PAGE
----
I made a nice little tapping wrench which I always use for 8BA and smaller threads. It is simply a suitable brass rod with a hole drilled in one end and then gently hammered square over the drive end of an old tap. The other end is silver soldered into a 1/2" diameter knurled cylinder. The wrench is used between thumb and forefinger. I have used it to tap 12BA open holes in mild steel with success.



Edited By JA on 21/03/2016 15:51:13

Mick Henshall21/03/2016 15:48:13
557 forum posts
34 photos

As far as lubrication goes I have always used tallow, nice clean well defined threads every time and never snapped a tap


MW21/03/2016 15:50:28
2051 forum posts
51 photos

I know the "regular drill" for tapping, turn backs, keep straight, lots of oil but its just the last little bit of blind holes and before you know it, it just goes, and it always snaps so close to the hole that you cant extract the miscreant out. Your sole option remaining, is to drill with a carbide drill and re tap/threadsert. I dont have those so i just have to accept the inclusion until i do get a thread repair kit.

I was just drilling 8 blind holes M4 X 0.7MM, 6.35mm deep, 25.4mm eqi-spaced, center drilled all of them, drilled to depth + point angle with 3.2mm, tapped 6 successfully with molislip thick metalworking compound and the last two just the slightest twist and it was gone. I was only using a little BA tap wrench, the ones you can tighten up with a metal pin into the small Vee groove.

Now, the shank of the tool is actually smaller than the cutting thread itself, presumably this is run-off for clearance purposes into very deep holes, however, it isnt all that strong and quite brittle when its half way down a hole. This wouldn't pose much of a problem if the shank was thicker, i don't know about you but i find the bigger taps tend to last alot longer because of this. What you need is a shank nearly as large as the tapping thread to provide that strength. I am going to experiment by making silver steel taps to see if using a softer material than HSS provides less stress on the shaft and allows it to "bend" slightly to take up the give rather than break, which i think is preferable because even if the tap is bent slightly you can always take it out and chuck it away rather than have a stuck tap that you cant get rid off without bringing out the big guns.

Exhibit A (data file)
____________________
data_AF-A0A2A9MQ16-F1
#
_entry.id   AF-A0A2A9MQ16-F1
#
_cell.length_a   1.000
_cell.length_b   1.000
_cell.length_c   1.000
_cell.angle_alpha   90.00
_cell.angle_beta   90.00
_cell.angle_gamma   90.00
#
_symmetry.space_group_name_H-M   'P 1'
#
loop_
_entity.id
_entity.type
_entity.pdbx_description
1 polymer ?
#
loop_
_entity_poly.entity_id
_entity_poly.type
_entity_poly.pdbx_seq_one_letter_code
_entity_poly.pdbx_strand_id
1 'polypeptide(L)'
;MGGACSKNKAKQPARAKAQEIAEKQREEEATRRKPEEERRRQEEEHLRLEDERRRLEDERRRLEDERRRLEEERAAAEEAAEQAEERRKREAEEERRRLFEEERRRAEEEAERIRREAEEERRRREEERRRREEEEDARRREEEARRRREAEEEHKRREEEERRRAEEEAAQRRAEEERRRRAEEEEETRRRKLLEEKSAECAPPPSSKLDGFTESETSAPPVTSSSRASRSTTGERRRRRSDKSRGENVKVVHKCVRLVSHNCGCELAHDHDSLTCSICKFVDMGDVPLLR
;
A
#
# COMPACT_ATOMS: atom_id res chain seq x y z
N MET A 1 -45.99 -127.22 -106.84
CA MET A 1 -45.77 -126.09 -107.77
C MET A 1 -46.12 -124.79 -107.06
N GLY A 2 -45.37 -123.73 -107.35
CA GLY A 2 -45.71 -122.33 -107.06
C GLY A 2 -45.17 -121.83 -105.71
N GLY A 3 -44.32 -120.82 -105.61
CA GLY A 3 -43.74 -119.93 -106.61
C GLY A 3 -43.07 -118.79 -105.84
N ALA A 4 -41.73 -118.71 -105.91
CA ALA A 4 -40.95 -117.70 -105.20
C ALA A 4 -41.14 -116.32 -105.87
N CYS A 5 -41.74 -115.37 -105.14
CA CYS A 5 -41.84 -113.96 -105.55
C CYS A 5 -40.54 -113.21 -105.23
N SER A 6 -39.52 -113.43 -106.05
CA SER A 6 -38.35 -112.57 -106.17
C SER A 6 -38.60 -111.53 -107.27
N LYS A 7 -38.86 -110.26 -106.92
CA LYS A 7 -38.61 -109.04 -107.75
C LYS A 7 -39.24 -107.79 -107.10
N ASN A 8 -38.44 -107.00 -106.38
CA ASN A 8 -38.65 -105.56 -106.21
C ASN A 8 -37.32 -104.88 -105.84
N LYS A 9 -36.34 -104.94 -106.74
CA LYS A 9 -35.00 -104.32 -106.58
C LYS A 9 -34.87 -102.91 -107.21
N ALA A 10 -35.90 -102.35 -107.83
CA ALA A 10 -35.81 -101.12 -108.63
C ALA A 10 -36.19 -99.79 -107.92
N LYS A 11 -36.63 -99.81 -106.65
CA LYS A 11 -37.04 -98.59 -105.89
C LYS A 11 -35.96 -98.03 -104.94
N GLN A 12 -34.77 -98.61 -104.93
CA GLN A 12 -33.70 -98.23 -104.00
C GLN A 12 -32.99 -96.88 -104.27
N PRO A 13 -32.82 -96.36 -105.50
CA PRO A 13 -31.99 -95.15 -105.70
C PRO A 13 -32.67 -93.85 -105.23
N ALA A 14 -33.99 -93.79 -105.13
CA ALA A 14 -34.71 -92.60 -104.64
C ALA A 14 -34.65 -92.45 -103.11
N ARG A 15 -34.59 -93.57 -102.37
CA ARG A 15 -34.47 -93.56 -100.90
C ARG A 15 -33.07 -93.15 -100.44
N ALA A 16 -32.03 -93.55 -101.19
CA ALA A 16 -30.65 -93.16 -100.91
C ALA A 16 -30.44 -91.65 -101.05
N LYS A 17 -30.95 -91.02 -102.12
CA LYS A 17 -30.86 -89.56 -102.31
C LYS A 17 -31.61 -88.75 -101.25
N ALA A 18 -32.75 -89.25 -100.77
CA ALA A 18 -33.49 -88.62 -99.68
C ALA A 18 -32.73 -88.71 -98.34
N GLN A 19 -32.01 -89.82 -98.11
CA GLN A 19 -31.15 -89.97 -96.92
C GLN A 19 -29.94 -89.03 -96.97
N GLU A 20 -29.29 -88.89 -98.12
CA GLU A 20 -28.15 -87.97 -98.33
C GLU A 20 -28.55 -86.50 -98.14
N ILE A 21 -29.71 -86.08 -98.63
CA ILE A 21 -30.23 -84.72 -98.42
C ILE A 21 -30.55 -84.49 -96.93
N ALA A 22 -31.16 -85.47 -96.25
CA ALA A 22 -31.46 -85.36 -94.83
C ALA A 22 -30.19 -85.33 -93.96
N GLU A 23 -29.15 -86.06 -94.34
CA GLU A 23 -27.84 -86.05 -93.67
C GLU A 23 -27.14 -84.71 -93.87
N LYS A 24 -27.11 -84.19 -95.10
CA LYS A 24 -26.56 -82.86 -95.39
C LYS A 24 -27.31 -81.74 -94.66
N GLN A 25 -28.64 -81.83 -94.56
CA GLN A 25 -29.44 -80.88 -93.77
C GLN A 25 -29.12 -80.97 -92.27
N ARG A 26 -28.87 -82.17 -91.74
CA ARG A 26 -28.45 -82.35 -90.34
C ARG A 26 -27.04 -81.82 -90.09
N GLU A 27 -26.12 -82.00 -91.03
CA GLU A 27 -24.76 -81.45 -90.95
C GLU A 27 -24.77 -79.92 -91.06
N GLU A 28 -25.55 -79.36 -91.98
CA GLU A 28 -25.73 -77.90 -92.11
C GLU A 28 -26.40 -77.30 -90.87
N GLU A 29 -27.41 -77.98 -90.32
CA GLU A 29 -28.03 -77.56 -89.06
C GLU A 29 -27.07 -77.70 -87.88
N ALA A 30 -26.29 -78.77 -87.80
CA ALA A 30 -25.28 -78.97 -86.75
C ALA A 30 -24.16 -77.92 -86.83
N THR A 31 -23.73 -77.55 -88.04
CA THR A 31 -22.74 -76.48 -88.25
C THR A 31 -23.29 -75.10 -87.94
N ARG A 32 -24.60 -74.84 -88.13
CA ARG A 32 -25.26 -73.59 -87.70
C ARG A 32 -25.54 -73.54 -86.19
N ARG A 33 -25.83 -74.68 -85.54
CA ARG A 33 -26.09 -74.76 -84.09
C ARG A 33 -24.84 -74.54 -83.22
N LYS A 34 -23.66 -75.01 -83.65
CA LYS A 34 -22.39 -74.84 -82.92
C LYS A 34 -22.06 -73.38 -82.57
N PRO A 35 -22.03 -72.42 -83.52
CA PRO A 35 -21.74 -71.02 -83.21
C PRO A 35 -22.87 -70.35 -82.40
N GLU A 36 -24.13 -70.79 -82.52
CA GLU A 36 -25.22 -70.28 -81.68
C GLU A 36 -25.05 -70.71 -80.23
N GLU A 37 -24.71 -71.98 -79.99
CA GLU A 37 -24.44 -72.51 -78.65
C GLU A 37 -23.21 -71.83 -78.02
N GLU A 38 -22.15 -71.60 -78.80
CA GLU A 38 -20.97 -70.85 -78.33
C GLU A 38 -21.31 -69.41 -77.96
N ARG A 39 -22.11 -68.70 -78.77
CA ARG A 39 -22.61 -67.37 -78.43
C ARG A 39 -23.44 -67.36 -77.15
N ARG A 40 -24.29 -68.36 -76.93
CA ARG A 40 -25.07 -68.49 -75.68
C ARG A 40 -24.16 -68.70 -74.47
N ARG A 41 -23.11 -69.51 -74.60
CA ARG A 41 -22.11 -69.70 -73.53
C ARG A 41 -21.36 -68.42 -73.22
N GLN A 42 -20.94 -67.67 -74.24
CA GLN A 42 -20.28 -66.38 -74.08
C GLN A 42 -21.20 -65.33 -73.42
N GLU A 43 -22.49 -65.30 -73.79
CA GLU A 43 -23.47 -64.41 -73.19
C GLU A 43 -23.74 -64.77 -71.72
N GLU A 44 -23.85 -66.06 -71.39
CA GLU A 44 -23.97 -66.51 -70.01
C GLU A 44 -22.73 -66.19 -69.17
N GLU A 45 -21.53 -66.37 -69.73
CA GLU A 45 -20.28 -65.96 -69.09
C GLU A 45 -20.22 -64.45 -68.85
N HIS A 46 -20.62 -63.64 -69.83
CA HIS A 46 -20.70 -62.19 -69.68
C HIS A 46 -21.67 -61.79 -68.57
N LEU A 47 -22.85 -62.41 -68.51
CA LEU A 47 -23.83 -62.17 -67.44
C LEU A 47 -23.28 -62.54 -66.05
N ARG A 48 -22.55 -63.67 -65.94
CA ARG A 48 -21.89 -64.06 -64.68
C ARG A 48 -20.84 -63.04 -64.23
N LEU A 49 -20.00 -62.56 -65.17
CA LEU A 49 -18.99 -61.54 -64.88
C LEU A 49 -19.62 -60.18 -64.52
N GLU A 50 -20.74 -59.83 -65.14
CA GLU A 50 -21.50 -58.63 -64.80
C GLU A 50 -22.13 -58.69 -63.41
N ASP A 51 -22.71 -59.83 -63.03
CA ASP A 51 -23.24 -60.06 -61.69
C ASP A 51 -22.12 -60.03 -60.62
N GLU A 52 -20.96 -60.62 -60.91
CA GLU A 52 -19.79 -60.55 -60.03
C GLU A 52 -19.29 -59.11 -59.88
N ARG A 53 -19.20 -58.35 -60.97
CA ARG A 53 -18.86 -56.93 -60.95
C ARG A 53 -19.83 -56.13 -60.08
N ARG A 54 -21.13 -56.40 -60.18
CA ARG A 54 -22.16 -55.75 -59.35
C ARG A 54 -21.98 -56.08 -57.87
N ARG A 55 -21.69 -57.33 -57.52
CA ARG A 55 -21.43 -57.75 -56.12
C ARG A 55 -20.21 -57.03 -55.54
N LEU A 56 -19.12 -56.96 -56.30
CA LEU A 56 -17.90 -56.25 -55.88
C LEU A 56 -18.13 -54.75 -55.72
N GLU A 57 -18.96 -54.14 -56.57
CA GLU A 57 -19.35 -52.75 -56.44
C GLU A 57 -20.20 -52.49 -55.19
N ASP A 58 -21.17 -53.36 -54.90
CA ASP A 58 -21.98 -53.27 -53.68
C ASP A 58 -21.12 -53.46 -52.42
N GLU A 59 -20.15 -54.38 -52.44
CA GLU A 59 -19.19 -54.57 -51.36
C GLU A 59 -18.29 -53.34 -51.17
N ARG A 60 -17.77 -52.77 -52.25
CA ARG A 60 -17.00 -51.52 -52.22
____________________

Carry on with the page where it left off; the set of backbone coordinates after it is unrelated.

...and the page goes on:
Michael W

John Stevenson21/03/2016 15:56:41
5068 forum posts
3 photos

3.3 or even 3.4for M4

Martin Kyte21/03/2016 15:58:31
2558 forum posts
45 photos

Well for a start you should be drilling 3.3mm not 3.2 and you could use 3.4 unless you really need full engagement.

It may be advisable to use a new drill too as you are having problems just to ensure a correct sized hole.


Martin Kyte21/03/2016 15:59:02
2558 forum posts
45 photos


Michael Gilligan21/03/2016 16:07:45
18932 forum posts
943 photos
Posted by Michael Walters on 21/03/2016 15:50:28:

Now, the shank of the tool is actually smaller than the cutting thread itself, presumably this is run-off for clearance purposes into very deep holes, however, it isnt all that strong and quite brittle when its half way down a hole.


I have always thought that style of tap was for making nuts ... very deep holes are generally best 'designed-out'.


JasonB21/03/2016 16:10:14
21436 forum posts
2448 photos
1 articles

As the others say simple rule of thumb is dia less pitch so on a M4x0.7 you get 4mm - 0.7mm equals 3.3mm tapping size.

Andrew Johnston21/03/2016 16:13:11
6266 forum posts
677 photos

If you're regularly breaking HSS taps changing to carbon taps isn't going to help. It must be the technique that is wrong.

To start with drilling 3.2mm for M4 is too small. For M4 I normally use 3.5mm, may be 3.6mm in stainless steel. If the hole is only 1/4" deep then the standard set of three hand taps aren't really suitable. The lead on the taper tap is too long to get any sort of thread formed before moving to the 2nd and bottom tap. Generally I use spiral flute taps for most work, although they are designed for blind holes. You only need one tap, they thread to with a couple of pitches of the bottom of the hole and you don't need to faff around backing off the tap every fraction of the turn.